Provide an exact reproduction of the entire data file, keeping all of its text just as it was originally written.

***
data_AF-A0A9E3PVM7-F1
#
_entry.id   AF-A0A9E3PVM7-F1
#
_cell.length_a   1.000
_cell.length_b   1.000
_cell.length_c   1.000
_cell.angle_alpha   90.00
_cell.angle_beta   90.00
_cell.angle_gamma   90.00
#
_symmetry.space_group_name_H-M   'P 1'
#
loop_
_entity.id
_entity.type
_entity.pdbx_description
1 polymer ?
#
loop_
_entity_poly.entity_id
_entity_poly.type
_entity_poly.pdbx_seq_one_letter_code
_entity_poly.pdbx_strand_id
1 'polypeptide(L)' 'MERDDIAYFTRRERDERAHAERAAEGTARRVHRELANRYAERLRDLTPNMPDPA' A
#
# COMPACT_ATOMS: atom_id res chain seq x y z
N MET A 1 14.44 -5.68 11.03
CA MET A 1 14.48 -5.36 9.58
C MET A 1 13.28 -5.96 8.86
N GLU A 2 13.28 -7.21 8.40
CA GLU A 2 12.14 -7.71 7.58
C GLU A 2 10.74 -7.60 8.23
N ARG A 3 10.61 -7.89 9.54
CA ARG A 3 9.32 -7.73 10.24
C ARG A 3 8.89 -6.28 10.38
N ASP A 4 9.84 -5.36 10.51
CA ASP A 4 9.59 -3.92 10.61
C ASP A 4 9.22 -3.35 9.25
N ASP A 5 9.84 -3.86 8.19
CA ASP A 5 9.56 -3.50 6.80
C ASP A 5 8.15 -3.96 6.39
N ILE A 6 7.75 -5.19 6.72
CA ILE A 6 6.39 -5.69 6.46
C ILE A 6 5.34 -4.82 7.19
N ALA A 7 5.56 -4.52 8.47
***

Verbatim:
data_AF-A0A9E3PVM7-F1
#
_entry.id   AF-A0A9E3PVM7-F1
#
_cell.length_a   1.000
_cell.length_b   1.000
_cell.length_c   1.000
_cell.angle_alpha   90.00
_cell.angle_beta   90.00
_cell.angle_gamma   90.00
#
_symmetry.space_group_name_H-M   'P 1'
#
loop_
_entity.id
_entity.type
_entity.pdbx_description
1 polymer ?
#
loop_
_entity_poly.entity_id
_entity_poly.type
_entity_poly.pdbx_seq_one_letter_code
_entity_poly.pdbx_strand_id
1 'polypeptide(L)' 'MERDDIAYFTRRERDERAHAERAAEGTARRVHRELANRYAERLRDLTPNMPDPA' A
#
# COMPACT_ATOMS: atom_id res chain seq x y z
N MET A 1 14.44 -5.68 11.03
CA MET A 1 14.48 -5.36 9.58
C MET A 1 13.28 -5.96 8.86
N GLU A 2 13.28 -7.21 8.40
CA GLU A 2 12.14 -7.71 7.58
C GLU A 2 10.74 -7.60 8.23
N ARG A 3 10.61 -7.89 9.54
CA ARG A 3 9.32 -7.73 10.24
C ARG A 3 8.89 -6.28 10.38
N ASP A 4 9.84 -5.36 10.51
CA ASP A 4 9.59 -3.92 10.61
C ASP A 4 9.22 -3.35 9.25
N ASP A 5 9.84 -3.86 8.19
CA ASP A 5 9.56 -3.50 6.80
C ASP A 5 8.15 -3.96 6.39
N ILE A 6 7.75 -5.19 6.72
CA ILE A 6 6.39 -5.69 6.46
C ILE A 6 5.34 -4.82 7.19
N ALA A 7 5.56 -4.52 8.47